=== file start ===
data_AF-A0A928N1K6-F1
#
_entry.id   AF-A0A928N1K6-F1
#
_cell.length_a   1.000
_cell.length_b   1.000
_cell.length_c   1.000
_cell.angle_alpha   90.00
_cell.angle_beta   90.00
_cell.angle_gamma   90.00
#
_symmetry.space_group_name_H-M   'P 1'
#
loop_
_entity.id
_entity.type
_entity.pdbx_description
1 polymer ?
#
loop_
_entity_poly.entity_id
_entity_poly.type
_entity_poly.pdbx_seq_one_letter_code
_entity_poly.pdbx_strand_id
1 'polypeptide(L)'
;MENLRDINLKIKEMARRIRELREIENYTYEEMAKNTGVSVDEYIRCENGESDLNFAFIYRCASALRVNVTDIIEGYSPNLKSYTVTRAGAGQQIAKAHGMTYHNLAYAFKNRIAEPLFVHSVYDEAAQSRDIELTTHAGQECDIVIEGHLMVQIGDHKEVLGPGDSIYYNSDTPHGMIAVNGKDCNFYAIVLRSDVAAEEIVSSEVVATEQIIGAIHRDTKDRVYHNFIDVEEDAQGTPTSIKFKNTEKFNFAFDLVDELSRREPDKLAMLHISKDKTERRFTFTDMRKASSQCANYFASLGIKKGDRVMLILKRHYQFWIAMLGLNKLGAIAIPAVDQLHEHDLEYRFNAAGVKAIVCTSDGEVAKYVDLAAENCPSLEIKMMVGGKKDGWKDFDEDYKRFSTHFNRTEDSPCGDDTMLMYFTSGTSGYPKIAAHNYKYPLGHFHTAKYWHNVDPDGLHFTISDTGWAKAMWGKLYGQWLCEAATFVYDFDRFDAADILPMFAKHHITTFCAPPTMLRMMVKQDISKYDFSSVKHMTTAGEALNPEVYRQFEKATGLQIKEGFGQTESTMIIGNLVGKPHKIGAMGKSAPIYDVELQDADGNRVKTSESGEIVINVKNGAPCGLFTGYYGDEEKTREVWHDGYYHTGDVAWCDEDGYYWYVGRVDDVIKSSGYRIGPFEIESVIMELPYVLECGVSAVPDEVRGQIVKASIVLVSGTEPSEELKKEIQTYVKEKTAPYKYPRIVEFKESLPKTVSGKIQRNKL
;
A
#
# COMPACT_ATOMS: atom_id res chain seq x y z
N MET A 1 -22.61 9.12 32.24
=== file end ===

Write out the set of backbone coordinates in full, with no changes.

data_AF-A0A928N1K6-F1
#
_entry.id   AF-A0A928N1K6-F1
#
_cell.length_a   1.000
_cell.length_b   1.000
_cell.length_c   1.000
_cell.angle_alpha   90.00
_cell.angle_beta   90.00
_cell.angle_gamma   90.00
#
_symmetry.space_group_name_H-M   'P 1'
#
loop_
_entity.id
_entity.type
_entity.pdbx_description
1 polymer ?
#
loop_
_entity_poly.entity_id
_entity_poly.type
_entity_poly.pdbx_seq_one_letter_code
_entity_poly.pdbx_strand_id
1 'polypeptide(L)'
;MENLRDINLKIKEMARRIRELREIENYTYEEMAKNTGVSVDEYIRCENGESDLNFAFIYRCASALRVNVTDIIEGYSPNLKSYTVTRAGAGQQIAKAHGMTYHNLAYAFKNRIAEPLFVHSVYDEAAQSRDIELTTHAGQECDIVIEGHLMVQIGDHKEVLGPGDSIYYNSDTPHGMIAVNGKDCNFYAIVLRSDVAAEEIVSSEVVATEQIIGAIHRDTKDRVYHNFIDVEEDAQGTPTSIKFKNTEKFNFAFDLVDELSRREPDKLAMLHISKDKTERRFTFTDMRKASSQCANYFASLGIKKGDRVMLILKRHYQFWIAMLGLNKLGAIAIPAVDQLHEHDLEYRFNAAGVKAIVCTSDGEVAKYVDLAAENCPSLEIKMMVGGKKDGWKDFDEDYKRFSTHFNRTEDSPCGDDTMLMYFTSGTSGYPKIAAHNYKYPLGHFHTAKYWHNVDPDGLHFTISDTGWAKAMWGKLYGQWLCEAATFVYDFDRFDAADILPMFAKHHITTFCAPPTMLRMMVKQDISKYDFSSVKHMTTAGEALNPEVYRQFEKATGLQIKEGFGQTESTMIIGNLVGKPHKIGAMGKSAPIYDVELQDADGNRVKTSESGEIVINVKNGAPCGLFTGYYGDEEKTREVWHDGYYHTGDVAWCDEDGYYWYVGRVDDVIKSSGYRIGPFEIESVIMELPYVLECGVSAVPDEVRGQIVKASIVLVSGTEPSEELKKEIQTYVKEKTAPYKYPRIVEFKESLPKTVSGKIQRNKL
;
A
#
# COMPACT_ATOMS: atom_id res chain seq x y z
N MET A 1 -22.61 9.12 32.24